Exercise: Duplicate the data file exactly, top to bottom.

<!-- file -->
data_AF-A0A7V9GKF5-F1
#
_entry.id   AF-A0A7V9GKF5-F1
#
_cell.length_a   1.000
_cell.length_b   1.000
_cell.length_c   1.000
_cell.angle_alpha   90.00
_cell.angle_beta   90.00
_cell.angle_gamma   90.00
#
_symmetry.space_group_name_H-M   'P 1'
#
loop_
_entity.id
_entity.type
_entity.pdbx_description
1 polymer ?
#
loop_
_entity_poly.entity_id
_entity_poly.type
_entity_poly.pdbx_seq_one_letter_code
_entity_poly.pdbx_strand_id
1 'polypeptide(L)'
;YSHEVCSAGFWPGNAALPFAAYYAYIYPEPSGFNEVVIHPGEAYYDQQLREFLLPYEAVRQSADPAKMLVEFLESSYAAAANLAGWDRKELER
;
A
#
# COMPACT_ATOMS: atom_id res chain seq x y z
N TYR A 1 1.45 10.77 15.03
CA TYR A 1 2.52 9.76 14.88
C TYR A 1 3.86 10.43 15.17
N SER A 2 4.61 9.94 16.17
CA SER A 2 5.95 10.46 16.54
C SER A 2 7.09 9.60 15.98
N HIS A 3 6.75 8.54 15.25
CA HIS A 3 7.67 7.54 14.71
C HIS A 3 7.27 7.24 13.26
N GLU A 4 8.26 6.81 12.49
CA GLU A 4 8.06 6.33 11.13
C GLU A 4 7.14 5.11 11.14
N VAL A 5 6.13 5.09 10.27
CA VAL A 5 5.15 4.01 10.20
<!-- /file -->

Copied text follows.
data_AF-A0A7V9GKF5-F1
#
_entry.id   AF-A0A7V9GKF5-F1
#
_cell.length_a   1.000
_cell.length_b   1.000
_cell.length_c   1.000
_cell.angle_alpha   90.00
_cell.angle_beta   90.00
_cell.angle_gamma   90.00
#
_symmetry.space_group_name_H-M   'P 1'
#
loop_
_entity.id
_entity.type
_entity.pdbx_description
1 polymer ?
#
loop_
_entity_poly.entity_id
_entity_poly.type
_entity_poly.pdbx_seq_one_letter_code
_entity_poly.pdbx_strand_id
1 'polypeptide(L)'
;YSHEVCSAGFWPGNAALPFAAYYAYIYPEPSGFNEVVIHPGEAYYDQQLREFLLPYEAVRQSADPAKMLVEFLESSYAAAANLAGWDRKELER
;
A
#
# COMPACT_ATOMS: atom_id res chain seq x y z
N TYR A 1 1.45 10.77 15.03
CA TYR A 1 2.52 9.76 14.88
C TYR A 1 3.86 10.43 15.17
N SER A 2 4.61 9.94 16.17
CA SER A 2 5.95 10.46 16.54
C SER A 2 7.09 9.60 15.98
N HIS A 3 6.75 8.54 15.25
CA HIS A 3 7.67 7.54 14.71
C HIS A 3 7.27 7.24 13.26
N GLU A 4 8.26 6.81 12.49
CA GLU A 4 8.06 6.33 11.13
C GLU A 4 7.14 5.11 11.14
N VAL A 5 6.13 5.09 10.27
CA VAL A 5 5.15 4.01 10.20